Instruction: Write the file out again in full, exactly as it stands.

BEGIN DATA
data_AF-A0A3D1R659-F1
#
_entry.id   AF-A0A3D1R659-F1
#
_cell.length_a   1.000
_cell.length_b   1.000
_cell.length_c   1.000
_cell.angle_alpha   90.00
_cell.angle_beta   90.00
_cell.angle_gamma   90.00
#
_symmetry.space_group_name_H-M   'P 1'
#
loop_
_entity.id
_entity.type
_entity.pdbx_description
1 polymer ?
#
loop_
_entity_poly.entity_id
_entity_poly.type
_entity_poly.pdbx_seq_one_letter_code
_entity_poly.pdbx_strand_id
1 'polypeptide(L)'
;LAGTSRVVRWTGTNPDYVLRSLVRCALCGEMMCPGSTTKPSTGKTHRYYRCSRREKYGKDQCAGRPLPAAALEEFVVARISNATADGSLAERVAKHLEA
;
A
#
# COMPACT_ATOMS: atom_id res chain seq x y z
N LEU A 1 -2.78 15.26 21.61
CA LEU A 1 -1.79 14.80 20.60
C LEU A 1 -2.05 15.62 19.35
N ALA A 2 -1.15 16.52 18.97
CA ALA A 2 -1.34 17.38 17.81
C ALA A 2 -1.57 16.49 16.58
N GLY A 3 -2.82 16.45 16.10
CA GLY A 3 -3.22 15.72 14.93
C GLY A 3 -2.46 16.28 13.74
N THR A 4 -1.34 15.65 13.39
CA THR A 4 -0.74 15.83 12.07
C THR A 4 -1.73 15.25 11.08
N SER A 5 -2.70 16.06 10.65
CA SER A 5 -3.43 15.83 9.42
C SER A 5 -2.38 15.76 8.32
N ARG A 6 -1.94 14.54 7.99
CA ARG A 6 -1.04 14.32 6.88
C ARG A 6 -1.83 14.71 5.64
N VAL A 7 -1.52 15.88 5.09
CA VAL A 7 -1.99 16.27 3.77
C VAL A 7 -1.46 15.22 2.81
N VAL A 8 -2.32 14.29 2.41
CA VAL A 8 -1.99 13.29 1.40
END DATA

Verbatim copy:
data_AF-A0A3D1R659-F1
#
_entry.id   AF-A0A3D1R659-F1
#
_cell.length_a   1.000
_cell.length_b   1.000
_cell.length_c   1.000
_cell.angle_alpha   90.00
_cell.angle_beta   90.00
_cell.angle_gamma   90.00
#
_symmetry.space_group_name_H-M   'P 1'
#
loop_
_entity.id
_entity.type
_entity.pdbx_description
1 polymer ?
#
loop_
_entity_poly.entity_id
_entity_poly.type
_entity_poly.pdbx_seq_one_letter_code
_entity_poly.pdbx_strand_id
1 'polypeptide(L)'
;LAGTSRVVRWTGTNPDYVLRSLVRCALCGEMMCPGSTTKPSTGKTHRYYRCSRREKYGKDQCAGRPLPAAALEEFVVARISNATADGSLAERVAKHLEA
;
A
#
# COMPACT_ATOMS: atom_id res chain seq x y z
N LEU A 1 -2.78 15.26 21.61
CA LEU A 1 -1.79 14.80 20.60
C LEU A 1 -2.05 15.62 19.35
N ALA A 2 -1.15 16.52 18.97
CA ALA A 2 -1.34 17.38 17.81
C ALA A 2 -1.57 16.49 16.58
N GLY A 3 -2.82 16.45 16.10
CA GLY A 3 -3.22 15.72 14.93
C GLY A 3 -2.46 16.28 13.74
N THR A 4 -1.34 15.65 13.39
CA THR A 4 -0.74 15.83 12.07
C THR A 4 -1.73 15.25 11.08
N SER A 5 -2.70 16.06 10.65
CA SER A 5 -3.43 15.83 9.42
C SER A 5 -2.38 15.76 8.32
N ARG A 6 -1.94 14.54 7.99
CA ARG A 6 -1.04 14.32 6.88
C ARG A 6 -1.83 14.71 5.64
N VAL A 7 -1.52 15.88 5.09
CA VAL A 7 -1.99 16.27 3.77
C VAL A 7 -1.46 15.22 2.81
N VAL A 8 -2.32 14.29 2.41
CA VAL A 8 -1.99 13.29 1.40